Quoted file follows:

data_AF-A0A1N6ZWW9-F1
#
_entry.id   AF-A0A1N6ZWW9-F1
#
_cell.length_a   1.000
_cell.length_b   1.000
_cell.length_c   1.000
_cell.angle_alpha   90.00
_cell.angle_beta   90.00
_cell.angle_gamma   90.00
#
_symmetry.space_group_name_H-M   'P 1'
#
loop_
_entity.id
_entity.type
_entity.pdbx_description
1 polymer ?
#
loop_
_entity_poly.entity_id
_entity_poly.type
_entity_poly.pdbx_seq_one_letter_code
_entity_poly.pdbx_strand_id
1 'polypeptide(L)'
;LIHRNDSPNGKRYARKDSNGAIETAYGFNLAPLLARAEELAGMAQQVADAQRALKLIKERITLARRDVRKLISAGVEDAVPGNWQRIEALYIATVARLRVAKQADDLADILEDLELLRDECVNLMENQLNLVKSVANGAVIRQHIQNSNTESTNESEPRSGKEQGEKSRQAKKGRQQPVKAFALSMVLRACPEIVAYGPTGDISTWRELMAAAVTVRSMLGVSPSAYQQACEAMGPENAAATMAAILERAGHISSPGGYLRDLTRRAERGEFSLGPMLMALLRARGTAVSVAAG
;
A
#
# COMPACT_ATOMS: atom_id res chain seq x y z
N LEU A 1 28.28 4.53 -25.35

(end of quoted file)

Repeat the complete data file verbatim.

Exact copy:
data_AF-A0A1N6ZWW9-F1
#
_entry.id   AF-A0A1N6ZWW9-F1
#
_cell.length_a   1.000
_cell.length_b   1.000
_cell.length_c   1.000
_cell.angle_alpha   90.00
_cell.angle_beta   90.00
_cell.angle_gamma   90.00
#
_symmetry.space_group_name_H-M   'P 1'
#
loop_
_entity.id
_entity.type
_entity.pdbx_description
1 polymer ?
#
loop_
_entity_poly.entity_id
_entity_poly.type
_entity_poly.pdbx_seq_one_letter_code
_entity_poly.pdbx_strand_id
1 'polypeptide(L)'
;LIHRNDSPNGKRYARKDSNGAIETAYGFNLAPLLARAEELAGMAQQVADAQRALKLIKERITLARRDVRKLISAGVEDAVPGNWQRIEALYIATVARLRVAKQADDLADILEDLELLRDECVNLMENQLNLVKSVANGAVIRQHIQNSNTESTNESEPRSGKEQGEKSRQAKKGRQQPVKAFALSMVLRACPEIVAYGPTGDISTWRELMAAAVTVRSMLGVSPSAYQQACEAMGPENAAATMAAILERAGHISSPGGYLRDLTRRAERGEFSLGPMLMALLRARGTAVSVAAG
;
A
#
# COMPACT_ATOMS: atom_id res chain seq x y z
N LEU A 1 28.28 4.53 -25.35